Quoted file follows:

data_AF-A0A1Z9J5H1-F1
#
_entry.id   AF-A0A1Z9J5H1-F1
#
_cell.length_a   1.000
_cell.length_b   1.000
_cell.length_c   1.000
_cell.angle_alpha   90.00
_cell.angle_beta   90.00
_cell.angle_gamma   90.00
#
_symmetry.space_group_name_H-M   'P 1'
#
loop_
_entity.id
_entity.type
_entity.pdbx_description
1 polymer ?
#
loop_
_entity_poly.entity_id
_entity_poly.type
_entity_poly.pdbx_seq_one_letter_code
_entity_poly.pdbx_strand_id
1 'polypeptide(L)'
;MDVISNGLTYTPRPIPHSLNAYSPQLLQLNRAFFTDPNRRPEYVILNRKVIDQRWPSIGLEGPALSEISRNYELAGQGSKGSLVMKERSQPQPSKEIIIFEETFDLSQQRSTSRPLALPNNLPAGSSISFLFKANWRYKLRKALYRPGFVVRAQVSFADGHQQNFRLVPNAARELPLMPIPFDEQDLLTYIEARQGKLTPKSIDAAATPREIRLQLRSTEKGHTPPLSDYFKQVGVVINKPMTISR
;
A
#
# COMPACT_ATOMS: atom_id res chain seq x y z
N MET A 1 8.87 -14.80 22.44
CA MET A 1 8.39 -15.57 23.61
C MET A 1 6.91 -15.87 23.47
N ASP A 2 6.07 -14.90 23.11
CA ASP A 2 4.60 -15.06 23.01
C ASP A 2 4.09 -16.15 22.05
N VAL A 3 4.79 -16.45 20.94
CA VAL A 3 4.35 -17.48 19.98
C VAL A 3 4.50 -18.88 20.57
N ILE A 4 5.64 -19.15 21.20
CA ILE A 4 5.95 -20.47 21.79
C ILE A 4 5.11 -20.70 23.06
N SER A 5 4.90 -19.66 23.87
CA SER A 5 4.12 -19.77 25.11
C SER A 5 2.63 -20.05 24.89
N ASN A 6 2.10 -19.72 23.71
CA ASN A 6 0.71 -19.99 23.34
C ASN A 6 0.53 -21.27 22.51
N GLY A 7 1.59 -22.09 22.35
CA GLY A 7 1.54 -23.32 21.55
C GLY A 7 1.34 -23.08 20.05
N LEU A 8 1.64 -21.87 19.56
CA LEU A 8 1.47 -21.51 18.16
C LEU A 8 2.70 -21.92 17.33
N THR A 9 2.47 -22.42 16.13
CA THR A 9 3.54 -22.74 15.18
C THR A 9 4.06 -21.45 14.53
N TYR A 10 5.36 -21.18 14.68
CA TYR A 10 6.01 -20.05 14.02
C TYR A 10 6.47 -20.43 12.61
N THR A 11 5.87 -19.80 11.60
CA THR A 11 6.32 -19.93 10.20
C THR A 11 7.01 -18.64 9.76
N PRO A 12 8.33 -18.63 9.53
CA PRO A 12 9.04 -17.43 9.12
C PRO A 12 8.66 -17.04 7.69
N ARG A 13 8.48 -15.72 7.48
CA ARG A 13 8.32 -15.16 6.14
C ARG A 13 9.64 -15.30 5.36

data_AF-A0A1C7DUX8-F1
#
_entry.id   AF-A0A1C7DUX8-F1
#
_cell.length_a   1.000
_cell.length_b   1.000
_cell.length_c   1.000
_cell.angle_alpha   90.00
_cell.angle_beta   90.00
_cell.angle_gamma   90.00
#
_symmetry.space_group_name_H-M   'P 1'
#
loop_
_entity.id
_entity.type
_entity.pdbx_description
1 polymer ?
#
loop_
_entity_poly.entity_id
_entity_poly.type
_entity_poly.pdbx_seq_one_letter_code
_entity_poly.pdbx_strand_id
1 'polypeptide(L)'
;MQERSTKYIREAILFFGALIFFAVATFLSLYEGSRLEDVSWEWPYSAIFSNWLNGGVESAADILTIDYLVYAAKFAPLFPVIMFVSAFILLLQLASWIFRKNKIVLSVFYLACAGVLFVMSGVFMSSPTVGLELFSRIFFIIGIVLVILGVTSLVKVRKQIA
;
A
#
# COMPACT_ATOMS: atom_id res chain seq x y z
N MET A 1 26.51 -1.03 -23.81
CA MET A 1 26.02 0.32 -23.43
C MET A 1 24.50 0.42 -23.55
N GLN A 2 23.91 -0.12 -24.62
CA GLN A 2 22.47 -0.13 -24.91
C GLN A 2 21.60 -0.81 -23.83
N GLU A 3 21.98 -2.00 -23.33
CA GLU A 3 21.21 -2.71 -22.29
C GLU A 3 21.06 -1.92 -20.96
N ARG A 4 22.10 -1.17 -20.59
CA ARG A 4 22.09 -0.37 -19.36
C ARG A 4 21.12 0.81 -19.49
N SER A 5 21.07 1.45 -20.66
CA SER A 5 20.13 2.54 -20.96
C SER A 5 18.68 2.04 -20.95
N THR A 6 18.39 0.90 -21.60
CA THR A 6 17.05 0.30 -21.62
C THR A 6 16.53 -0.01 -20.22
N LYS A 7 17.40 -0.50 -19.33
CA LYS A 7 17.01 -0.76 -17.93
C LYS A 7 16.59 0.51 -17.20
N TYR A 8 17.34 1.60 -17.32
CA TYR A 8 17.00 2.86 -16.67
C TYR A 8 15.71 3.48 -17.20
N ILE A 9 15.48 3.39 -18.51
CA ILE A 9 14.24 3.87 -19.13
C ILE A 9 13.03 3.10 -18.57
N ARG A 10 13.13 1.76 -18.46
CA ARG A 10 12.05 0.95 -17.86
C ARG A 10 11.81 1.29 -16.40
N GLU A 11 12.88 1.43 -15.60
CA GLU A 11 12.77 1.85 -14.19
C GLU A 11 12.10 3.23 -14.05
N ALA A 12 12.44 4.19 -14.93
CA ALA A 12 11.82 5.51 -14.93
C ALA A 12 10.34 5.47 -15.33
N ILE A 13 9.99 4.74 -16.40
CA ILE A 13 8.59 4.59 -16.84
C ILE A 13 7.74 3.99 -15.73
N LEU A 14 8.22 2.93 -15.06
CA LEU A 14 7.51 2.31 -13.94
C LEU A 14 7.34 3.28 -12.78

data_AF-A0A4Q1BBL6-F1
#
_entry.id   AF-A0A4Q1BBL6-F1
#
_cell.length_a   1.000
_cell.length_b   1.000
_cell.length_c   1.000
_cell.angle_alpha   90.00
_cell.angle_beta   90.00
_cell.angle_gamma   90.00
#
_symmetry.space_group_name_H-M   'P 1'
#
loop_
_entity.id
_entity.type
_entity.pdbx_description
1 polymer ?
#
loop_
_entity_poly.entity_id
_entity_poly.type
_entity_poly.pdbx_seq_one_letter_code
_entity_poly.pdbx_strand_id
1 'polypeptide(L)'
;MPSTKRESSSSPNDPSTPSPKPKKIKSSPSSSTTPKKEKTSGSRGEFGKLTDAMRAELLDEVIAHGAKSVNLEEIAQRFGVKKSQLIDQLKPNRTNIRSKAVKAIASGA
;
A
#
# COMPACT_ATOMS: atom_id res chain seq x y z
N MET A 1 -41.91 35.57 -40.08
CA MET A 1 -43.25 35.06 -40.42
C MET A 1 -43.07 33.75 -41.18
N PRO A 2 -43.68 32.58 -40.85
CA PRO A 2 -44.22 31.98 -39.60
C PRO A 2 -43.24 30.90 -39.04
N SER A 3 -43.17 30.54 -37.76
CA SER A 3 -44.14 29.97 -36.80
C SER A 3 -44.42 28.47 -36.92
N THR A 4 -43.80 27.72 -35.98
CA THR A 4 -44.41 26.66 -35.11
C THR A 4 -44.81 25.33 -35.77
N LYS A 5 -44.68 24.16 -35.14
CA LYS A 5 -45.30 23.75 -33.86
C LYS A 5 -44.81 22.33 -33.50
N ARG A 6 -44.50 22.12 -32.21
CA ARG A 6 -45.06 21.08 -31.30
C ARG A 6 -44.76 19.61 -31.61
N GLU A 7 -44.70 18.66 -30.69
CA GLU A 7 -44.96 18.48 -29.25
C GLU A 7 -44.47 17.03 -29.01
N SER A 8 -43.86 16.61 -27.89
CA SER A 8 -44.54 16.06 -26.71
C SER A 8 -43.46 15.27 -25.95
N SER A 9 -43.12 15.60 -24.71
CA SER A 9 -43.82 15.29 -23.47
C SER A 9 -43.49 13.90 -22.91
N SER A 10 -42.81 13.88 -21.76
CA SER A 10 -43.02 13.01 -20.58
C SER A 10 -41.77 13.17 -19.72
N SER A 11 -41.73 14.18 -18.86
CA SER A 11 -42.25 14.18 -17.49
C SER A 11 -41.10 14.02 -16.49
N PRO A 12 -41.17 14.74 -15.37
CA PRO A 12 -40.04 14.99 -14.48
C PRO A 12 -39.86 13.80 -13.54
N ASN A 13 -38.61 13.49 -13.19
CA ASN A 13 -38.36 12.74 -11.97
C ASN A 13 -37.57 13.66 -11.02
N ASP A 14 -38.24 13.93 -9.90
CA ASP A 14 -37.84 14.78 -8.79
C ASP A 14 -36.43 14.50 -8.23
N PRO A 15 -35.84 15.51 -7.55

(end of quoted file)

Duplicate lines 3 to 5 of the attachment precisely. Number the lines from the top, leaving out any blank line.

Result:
_entry.id   AF-A0A1Z9J5H1-F1
#
_cell.length_a   1.000